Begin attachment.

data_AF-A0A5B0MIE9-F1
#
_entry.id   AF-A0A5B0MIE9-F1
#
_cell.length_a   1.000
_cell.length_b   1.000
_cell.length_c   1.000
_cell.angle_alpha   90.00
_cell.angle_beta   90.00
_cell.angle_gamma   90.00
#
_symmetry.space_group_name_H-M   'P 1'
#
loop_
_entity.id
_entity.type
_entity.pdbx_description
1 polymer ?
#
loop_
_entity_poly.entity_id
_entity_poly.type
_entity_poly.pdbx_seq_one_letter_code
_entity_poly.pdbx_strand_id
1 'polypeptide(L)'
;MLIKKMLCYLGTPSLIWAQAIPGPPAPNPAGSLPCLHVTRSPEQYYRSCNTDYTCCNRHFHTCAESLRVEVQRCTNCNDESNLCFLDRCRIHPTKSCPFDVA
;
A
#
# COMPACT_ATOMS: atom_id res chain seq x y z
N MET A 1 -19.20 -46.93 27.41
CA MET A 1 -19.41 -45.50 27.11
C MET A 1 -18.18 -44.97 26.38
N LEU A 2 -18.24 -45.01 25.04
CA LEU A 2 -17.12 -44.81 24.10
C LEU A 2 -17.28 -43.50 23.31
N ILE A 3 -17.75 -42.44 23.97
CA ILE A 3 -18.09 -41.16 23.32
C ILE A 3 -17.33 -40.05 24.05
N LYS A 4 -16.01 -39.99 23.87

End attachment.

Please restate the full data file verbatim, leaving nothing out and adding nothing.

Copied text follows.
data_AF-A0A5B0MIE9-F1
#
_entry.id   AF-A0A5B0MIE9-F1
#
_cell.length_a   1.000
_cell.length_b   1.000
_cell.length_c   1.000
_cell.angle_alpha   90.00
_cell.angle_beta   90.00
_cell.angle_gamma   90.00
#
_symmetry.space_group_name_H-M   'P 1'
#
loop_
_entity.id
_entity.type
_entity.pdbx_description
1 polymer ?
#
loop_
_entity_poly.entity_id
_entity_poly.type
_entity_poly.pdbx_seq_one_letter_code
_entity_poly.pdbx_strand_id
1 'polypeptide(L)'
;MLIKKMLCYLGTPSLIWAQAIPGPPAPNPAGSLPCLHVTRSPEQYYRSCNTDYTCCNRHFHTCAESLRVEVQRCTNCNDESNLCFLDRCRIHPTKSCPFDVA
;
A
#
# COMPACT_ATOMS: atom_id res chain seq x y z
N MET A 1 -19.20 -46.93 27.41
CA MET A 1 -19.41 -45.50 27.11
C MET A 1 -18.18 -44.97 26.38
N LEU A 2 -18.24 -45.01 25.04
CA LEU A 2 -17.12 -44.81 24.10
C LEU A 2 -17.28 -43.50 23.31
N ILE A 3 -17.75 -42.44 23.97
CA ILE A 3 -18.09 -41.16 23.32
C ILE A 3 -17.33 -40.05 24.05
N LYS A 4 -16.01 -39.99 23.87